by John R. Fischer
, Senior Reporter | December 15, 2017
Hitachi Ltd. has teamed up with Partners Connected Health in a collaboration overseeing the use of artificial intelligence in predicting the risk of hospital readmission among heart failure patients, with explanations for its reasoning.
The Japanese-based company is utilizing its AI technology to predict with high accuracy which patients are most likely to be readmitted within 30 days of their initial release with those selected then enrolled into Partners Connected Cardiac Care Program, a remote monitoring and education program for patients with heart failure.
“The reason to limit the research target to a certain illness is to avoid complicating the problem. The reason to choose cardiac patients is that its number of patients is large, and it is a representative illness for higher medical cost from readmission,” Toru Hisamitsu, project manager of the collaboration for Hitachi, told HCB News. “It's not a challenge that is just limited to heart failure. We think that providing high quality and suitable medical care for every patient is required and the importance of value-based health care is receiving attention worldwide.”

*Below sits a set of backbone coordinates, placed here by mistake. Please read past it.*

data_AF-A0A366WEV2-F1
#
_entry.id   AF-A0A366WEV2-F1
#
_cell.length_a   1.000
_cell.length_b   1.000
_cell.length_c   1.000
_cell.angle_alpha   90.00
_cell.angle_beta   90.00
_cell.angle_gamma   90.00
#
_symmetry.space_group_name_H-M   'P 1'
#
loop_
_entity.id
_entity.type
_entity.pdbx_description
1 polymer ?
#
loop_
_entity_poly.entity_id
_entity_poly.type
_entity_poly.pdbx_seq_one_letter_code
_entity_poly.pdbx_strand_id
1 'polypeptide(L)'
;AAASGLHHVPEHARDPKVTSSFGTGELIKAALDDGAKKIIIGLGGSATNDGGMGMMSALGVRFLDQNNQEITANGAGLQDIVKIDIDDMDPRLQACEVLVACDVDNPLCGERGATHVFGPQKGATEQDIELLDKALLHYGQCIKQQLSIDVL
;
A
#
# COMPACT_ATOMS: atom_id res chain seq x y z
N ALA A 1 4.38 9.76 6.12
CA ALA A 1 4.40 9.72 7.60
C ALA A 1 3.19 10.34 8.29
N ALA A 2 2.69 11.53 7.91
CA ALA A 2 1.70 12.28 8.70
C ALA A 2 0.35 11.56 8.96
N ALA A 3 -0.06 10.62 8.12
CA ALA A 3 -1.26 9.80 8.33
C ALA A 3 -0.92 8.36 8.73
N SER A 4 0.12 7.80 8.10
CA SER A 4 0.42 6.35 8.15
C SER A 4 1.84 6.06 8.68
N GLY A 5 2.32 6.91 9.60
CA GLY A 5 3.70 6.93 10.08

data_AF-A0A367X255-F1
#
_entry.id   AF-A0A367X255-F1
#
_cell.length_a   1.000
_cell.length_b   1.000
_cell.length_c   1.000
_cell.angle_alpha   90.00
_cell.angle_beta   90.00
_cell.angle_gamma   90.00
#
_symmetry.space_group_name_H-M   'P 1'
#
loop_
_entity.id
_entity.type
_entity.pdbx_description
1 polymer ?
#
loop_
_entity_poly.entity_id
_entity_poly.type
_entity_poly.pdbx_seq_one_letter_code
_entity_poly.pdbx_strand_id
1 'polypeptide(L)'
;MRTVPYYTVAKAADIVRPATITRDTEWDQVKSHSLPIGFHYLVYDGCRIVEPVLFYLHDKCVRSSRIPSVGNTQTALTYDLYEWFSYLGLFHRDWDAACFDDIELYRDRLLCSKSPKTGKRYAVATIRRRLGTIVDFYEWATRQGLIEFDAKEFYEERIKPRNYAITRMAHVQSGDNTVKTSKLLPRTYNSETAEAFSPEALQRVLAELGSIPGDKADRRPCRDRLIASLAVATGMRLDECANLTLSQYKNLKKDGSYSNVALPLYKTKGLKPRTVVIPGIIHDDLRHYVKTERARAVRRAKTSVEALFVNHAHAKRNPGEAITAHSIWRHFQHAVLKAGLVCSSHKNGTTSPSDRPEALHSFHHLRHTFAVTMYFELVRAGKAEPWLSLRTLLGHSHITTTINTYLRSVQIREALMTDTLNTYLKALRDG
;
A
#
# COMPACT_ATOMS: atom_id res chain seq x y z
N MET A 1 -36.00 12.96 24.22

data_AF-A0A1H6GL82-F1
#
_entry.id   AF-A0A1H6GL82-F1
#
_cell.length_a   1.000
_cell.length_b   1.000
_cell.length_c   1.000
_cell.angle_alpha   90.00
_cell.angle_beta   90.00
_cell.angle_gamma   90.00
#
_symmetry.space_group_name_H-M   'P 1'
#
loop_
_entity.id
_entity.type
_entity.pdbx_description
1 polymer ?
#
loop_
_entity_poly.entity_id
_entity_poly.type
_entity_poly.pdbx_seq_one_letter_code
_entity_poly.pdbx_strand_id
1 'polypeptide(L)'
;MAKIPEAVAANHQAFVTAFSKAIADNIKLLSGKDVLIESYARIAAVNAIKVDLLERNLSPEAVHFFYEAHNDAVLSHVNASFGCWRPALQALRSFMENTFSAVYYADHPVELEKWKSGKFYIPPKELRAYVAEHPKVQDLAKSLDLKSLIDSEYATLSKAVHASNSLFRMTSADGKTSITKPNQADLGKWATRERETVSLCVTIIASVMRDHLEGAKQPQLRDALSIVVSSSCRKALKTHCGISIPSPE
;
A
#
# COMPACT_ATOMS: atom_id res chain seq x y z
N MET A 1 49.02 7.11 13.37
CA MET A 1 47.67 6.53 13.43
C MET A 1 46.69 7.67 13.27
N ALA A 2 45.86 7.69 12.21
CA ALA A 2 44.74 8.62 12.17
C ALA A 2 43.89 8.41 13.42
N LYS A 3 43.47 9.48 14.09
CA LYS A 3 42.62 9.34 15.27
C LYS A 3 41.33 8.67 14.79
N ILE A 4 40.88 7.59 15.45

The thirty-day readmission rate is an important aspect of hospital management and one that can incur penalties for hospitals from the U.S. Centers for Medicare and Medicaid (CMS) in accordance with the Affordable Care Act (ACA).
The Partners Connected Health innovation team simulated the readmission prediction program among heart failure patients participating in CCCP, while Hitachi used its AI technology to construct the prediction model.
The results of the project were compared to information on approximately 12,000 heart failure patients hospitalized and discharged by Partners HealthCare hospital network in 2014 and 2015. The prediction algorithm displayed a high accuracy rate of 0.71 in area under the curve (AUC) and proved it could significantly reduce the number of patient readmissions with an expectation of approximately $7,000 saved per patient per year among the cohort of CCCP patients.
The technology also extracts factors of information from each patient that contributed to the predictions, allowing it to explain its reasoning to enable physicians to make better medical decisions for clinical practice.
Both companies plan to conduct a joint study to evaluate the prediction program by clinicians and examine how to integrate it within clinical workflows.
“PCH will investigate the optimization of its care program based on the risk factors extracted by Hitachi's AI for the cardiac patients who have higher risk to readmit,” Himatsu said. “Also, Hitachi will investigate the brush-up of the AI algorithm for it. At the end, we will contribute to the improvement of medical treatment and the realization of cost reduction by providing [care] that [is] suitable to each patient.”Back to HCB News